Micro and nanoformulations of insulin: new approaches

Document Type : Narrative Review


1 Department of Biological Science, Faculty of Science, Kurdistan University, Sanandaj, Kurdistan, Iran; Nanobiotechnology Department, Faculty of Innovative Science and Technology, Razi University, Kermanshah, Iran

2 Laser Research Centre, Faculty of Health Science, University of Johannesburg, Doornfontein, 2028, South Africa; Wellman Centre for Photomedicine, Massachusetts General Hospital, Boston, MA 02114, USA; Department of Dermatology, Harvard

3 Department of Pharmacy, Faculty of Sciences, Universidad Nacional de Colombia, South America, Colombia

4 High Performance Powertrain Materials Laboratory, School of Engineering, University of British Columbia – Okanagan, Kelowna, V1V 1V7, Canada

5 Department of Pharmacy, Abdul Wali Khan University Mardan, Pakistan

6 Pharmacology and Molecular Chemistry Laboratory, Department of Chemical Biology, Regional University of Cariri, CEP 63105-000, Crato, Ceara, Brazil


Diabetes mellitus is a metabolic disease, which in a severe form needs daily subcutaneous injections of insulin to prevent symptoms, especially diabetic foot ulcers (DFU). However, the emergence of multidrug-resistant (MDR) bacteria in diabetic wounds can lead to complications. The infection of DFUs by MDR bacteria can lead to biofilm formation, and can increase the risk of lower-limb amputation up to 80%. Insulin hormone can activate angiogenesis, migration and proliferation of keratinocytes, and lead to the rapid maturation and closure of wounds. Insulin can promote protein and lipid synthesis, inactivate NFkβp50/p65, as well as altering cytokine dynamics. However, the uncontrolled and burst release of insulin reduces the therapeutic effects after topical delivery to wound tissues. Therefore a novel strategy for insulin delivery involves various polymeric and liposomal formulations on the micro or nanoscale, for sustained and controlled release of this hormone. In addition, improved sensitivity and selectivity are two major advantages (compared to free insulin) reported for nanoformulations of insulin. This review summarizes the current knowledge about the efficacy and limitations of these formulations to treat infected chronic wounds, especially in diabetics.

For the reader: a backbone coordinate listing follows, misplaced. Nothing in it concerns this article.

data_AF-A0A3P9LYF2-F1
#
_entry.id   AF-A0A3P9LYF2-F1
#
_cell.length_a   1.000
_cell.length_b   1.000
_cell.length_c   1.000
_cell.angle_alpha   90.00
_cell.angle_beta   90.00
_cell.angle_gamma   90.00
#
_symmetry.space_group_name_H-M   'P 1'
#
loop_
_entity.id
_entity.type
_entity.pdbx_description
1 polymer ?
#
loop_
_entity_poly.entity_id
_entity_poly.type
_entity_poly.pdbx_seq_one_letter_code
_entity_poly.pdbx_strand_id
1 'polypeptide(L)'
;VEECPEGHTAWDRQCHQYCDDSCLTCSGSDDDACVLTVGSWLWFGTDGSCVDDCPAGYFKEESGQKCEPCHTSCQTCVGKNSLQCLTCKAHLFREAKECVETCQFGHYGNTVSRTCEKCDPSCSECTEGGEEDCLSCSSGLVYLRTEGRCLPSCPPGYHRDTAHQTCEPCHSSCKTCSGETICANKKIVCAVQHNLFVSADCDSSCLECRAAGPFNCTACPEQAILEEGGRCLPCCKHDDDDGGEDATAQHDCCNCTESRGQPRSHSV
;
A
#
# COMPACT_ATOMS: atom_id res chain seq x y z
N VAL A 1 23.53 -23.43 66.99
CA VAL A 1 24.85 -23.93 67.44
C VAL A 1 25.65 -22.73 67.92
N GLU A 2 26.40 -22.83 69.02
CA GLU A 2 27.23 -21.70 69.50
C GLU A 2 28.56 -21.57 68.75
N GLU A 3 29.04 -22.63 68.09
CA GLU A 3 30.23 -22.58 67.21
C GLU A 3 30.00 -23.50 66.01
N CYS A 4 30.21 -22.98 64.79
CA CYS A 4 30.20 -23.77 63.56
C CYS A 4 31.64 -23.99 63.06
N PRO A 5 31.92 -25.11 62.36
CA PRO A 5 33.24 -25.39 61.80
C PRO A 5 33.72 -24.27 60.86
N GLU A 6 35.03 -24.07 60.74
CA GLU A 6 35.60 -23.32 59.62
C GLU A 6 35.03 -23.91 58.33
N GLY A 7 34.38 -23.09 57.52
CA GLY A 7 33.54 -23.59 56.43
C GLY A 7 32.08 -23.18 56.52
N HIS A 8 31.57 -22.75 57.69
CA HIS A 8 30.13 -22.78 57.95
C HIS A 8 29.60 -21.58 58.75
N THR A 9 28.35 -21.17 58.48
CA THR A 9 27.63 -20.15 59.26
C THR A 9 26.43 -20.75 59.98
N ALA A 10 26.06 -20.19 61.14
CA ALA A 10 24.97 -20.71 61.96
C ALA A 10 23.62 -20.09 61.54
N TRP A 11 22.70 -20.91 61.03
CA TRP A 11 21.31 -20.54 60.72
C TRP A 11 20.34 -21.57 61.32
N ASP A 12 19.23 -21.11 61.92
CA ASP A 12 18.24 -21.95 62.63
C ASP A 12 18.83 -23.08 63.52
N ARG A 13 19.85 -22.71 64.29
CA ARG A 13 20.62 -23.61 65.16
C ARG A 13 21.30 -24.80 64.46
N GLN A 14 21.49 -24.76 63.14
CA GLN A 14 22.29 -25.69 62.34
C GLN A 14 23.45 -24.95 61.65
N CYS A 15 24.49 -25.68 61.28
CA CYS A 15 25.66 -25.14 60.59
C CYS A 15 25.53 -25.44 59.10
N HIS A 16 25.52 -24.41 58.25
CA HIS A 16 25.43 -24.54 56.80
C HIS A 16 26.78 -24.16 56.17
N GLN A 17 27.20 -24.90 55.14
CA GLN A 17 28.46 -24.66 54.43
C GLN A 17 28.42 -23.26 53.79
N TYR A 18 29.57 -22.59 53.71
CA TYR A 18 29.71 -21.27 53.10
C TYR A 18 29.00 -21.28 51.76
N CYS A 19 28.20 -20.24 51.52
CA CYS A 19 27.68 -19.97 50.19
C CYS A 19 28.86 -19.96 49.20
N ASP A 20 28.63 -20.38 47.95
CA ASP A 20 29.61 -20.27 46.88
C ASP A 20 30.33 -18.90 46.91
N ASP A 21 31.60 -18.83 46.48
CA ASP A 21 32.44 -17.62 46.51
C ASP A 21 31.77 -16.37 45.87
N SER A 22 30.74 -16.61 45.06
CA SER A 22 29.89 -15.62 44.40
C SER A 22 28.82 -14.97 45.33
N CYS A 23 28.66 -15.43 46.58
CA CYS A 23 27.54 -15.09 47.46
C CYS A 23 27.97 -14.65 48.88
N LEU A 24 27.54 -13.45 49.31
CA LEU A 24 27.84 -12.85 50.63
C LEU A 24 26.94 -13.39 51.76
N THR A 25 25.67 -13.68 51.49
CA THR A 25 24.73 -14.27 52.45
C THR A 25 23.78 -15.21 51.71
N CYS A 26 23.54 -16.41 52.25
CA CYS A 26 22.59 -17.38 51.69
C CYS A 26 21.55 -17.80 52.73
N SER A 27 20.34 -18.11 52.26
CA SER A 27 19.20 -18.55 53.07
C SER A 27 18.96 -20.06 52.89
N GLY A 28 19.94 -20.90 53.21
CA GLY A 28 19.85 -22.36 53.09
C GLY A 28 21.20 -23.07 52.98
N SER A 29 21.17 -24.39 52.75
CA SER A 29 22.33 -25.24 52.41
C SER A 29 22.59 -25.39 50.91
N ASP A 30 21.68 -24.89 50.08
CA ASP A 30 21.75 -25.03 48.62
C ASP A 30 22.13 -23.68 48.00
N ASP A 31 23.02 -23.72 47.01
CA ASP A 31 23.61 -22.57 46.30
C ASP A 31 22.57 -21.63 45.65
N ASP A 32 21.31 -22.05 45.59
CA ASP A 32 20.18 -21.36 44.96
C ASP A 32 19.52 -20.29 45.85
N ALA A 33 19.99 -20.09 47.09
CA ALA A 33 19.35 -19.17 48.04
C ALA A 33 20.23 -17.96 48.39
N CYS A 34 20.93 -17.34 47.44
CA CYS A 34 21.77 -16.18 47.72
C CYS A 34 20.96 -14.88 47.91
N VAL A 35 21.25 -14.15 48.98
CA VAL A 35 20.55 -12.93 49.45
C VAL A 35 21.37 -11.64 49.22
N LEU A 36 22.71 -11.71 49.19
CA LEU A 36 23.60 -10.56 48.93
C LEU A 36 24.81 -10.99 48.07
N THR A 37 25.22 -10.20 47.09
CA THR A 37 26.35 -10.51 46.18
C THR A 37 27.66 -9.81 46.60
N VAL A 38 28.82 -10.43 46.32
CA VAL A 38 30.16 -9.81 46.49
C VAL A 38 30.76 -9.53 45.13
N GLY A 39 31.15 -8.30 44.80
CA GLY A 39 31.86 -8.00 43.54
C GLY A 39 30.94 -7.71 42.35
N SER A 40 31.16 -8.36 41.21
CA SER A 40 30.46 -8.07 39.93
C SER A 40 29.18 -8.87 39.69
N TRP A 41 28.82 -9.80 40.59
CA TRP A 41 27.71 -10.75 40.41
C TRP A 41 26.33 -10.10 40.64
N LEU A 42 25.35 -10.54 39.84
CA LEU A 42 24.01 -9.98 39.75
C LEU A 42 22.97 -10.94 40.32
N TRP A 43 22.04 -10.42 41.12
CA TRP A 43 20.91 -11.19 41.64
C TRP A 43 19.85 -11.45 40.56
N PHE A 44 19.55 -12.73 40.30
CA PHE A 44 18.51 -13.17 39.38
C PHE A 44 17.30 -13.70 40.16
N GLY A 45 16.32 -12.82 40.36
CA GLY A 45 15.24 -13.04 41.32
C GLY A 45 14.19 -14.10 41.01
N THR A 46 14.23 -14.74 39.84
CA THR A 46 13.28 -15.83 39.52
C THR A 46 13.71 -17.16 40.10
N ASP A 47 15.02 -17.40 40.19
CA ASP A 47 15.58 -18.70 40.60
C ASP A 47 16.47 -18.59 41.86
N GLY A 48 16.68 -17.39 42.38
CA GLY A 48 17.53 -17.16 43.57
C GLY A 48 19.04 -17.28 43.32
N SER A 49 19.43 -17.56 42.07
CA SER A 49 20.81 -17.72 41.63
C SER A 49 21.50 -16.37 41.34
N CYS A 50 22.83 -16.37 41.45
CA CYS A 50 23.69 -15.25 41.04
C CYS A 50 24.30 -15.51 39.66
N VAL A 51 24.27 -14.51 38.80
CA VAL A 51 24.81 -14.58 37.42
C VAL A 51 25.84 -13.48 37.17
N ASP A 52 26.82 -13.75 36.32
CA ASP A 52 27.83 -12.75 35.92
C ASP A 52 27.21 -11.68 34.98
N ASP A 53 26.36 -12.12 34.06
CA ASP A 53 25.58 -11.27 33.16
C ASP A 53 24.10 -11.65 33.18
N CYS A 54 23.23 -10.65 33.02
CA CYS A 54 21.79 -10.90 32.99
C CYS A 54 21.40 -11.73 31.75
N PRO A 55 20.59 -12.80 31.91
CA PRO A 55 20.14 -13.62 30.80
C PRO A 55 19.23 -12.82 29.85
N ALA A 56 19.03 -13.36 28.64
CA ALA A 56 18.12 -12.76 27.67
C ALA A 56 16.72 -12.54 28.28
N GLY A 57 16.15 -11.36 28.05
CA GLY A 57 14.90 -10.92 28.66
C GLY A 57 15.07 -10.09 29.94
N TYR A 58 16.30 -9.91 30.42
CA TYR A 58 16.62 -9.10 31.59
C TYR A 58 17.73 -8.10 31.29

Graphical Abstract

Micro and nanoformulations of insulin: new approaches


  • Insulin can promote wound healing, the best way to deliver the hormone is uncertain.
  • Oral or topical delivery of insulin may be possible by using nanoformulations of this peptide hormone as a more efficient method to treat diabetic patients.
  • Micelles, polymersomes, nanoparticles, nanogels, and nanocapsules can be prepared by covalent binding, electrostatic complexation, or physical encapsulation.
  • Various types of wound dressings composed of metal/metal oxide NPs, stem cell-based therapies, and incorporating growth factors can be employed to treat diabetic chronic wounds.


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